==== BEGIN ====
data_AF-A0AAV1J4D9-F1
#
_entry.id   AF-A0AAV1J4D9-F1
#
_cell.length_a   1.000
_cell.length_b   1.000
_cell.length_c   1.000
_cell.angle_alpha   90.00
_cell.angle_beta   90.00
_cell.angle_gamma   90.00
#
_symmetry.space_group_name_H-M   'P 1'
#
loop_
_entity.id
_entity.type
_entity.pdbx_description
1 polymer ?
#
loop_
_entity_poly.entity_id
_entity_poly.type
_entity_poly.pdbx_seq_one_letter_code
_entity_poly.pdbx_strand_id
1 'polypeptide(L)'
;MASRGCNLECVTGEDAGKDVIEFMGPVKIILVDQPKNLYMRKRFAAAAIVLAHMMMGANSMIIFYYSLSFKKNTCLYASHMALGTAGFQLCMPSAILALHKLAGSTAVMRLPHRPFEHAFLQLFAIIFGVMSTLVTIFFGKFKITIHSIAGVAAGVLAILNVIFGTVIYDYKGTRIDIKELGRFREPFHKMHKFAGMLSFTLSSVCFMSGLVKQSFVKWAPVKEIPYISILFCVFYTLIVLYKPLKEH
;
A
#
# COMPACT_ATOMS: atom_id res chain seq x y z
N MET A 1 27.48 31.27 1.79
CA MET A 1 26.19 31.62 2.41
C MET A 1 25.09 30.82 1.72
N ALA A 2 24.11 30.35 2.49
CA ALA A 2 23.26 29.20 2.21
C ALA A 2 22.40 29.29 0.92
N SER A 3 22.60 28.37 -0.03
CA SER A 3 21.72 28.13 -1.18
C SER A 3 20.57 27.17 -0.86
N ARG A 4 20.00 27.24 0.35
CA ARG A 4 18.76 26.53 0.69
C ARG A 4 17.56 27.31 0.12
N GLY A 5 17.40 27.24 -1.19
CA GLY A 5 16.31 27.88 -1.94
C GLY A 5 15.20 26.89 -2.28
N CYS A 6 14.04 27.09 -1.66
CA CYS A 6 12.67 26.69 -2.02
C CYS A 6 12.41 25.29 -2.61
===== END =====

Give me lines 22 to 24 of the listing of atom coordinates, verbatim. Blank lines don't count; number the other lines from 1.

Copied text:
_entity_poly.type
_entity_poly.pdbx_seq_one_letter_code
_entity_poly.pdbx_strand_id